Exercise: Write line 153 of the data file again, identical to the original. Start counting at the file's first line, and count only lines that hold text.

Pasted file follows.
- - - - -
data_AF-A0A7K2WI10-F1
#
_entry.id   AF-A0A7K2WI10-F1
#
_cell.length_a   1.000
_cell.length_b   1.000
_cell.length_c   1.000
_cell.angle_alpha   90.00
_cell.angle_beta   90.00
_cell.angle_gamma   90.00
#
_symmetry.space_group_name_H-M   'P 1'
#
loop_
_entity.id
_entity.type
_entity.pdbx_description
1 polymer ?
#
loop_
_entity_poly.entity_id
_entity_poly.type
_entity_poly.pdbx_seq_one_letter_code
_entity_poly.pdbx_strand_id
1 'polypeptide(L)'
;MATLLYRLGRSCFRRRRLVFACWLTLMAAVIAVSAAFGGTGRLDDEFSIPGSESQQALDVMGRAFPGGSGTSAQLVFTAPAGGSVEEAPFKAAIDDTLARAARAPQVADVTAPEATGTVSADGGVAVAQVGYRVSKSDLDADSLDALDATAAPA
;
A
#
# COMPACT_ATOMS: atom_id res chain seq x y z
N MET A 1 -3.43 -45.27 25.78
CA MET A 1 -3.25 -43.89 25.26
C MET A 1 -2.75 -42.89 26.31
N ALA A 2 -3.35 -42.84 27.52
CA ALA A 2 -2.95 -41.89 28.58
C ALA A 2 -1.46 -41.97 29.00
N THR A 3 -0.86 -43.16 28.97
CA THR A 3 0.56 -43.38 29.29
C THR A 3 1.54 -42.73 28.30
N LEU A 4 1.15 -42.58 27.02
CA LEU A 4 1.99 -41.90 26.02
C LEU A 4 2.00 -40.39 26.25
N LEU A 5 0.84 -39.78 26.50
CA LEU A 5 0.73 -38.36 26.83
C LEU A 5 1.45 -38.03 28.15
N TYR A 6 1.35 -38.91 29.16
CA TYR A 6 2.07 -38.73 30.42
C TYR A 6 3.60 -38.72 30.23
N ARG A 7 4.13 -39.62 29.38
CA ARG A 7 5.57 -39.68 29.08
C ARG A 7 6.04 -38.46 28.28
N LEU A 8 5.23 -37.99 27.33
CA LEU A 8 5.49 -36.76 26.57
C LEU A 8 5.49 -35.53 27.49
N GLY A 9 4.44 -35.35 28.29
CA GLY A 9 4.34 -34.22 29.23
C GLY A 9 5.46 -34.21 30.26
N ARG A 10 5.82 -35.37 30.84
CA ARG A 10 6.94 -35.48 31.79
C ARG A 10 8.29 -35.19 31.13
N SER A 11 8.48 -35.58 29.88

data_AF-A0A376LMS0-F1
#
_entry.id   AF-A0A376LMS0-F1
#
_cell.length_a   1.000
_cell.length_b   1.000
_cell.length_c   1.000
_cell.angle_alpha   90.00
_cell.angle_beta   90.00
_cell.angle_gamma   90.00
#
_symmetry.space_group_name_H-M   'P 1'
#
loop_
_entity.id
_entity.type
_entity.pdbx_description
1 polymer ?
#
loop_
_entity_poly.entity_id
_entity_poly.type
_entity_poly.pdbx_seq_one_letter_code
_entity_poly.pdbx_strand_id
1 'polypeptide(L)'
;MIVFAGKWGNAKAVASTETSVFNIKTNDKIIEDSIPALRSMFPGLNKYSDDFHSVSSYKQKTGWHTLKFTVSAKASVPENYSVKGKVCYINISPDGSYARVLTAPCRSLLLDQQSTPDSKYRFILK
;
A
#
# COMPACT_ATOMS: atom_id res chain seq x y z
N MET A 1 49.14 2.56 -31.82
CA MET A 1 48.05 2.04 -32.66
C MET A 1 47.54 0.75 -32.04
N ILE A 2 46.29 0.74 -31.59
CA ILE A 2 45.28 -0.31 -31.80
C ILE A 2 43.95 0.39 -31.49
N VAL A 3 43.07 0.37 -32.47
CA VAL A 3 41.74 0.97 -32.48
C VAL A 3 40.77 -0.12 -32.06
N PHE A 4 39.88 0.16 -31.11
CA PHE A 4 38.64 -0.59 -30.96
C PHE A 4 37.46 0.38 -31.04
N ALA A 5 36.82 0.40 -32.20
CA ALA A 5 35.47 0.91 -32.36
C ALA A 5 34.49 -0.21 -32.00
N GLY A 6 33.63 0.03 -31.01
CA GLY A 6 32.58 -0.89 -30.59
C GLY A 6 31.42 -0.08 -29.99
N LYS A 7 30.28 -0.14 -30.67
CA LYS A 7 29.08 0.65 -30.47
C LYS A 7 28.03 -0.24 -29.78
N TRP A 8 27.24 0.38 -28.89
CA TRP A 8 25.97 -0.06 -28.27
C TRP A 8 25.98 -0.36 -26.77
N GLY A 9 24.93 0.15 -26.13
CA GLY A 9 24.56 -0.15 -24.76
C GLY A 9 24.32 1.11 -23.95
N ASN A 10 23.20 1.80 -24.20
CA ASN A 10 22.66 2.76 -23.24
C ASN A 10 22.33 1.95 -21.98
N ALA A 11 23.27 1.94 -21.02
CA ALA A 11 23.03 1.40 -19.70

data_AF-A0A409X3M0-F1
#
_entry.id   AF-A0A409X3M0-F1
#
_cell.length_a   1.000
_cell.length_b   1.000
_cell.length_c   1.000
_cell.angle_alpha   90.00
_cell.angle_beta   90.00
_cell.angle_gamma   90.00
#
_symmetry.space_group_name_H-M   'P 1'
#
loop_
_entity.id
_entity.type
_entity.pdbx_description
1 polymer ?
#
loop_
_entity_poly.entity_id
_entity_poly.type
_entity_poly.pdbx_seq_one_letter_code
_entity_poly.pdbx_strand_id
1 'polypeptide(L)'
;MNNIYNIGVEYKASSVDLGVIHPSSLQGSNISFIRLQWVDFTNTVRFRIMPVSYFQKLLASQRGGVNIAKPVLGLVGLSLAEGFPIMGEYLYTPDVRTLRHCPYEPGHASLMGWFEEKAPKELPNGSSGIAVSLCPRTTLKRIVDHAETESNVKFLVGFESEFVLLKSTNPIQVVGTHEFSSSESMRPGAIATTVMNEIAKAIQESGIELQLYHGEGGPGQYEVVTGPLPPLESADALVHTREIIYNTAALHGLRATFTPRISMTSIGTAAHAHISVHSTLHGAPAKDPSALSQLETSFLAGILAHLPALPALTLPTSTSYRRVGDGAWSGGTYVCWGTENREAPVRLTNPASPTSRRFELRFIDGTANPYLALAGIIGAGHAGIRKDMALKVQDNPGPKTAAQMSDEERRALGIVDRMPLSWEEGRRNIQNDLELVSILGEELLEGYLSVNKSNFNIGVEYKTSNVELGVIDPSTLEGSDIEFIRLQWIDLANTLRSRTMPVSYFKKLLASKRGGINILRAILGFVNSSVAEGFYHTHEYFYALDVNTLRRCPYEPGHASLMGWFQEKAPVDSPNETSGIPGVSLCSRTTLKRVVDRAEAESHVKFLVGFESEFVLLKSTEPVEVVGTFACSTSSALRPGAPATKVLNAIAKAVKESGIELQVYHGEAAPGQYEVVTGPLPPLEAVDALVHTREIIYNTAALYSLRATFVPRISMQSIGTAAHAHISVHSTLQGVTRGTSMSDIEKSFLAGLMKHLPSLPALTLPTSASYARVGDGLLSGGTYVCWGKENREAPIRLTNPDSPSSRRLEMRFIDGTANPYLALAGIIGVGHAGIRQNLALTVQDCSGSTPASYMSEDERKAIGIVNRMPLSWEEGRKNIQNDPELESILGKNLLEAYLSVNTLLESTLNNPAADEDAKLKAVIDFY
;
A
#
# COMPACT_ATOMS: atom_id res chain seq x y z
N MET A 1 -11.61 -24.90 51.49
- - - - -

# COMPACT_ATOMS: atom_id res chain seq x y z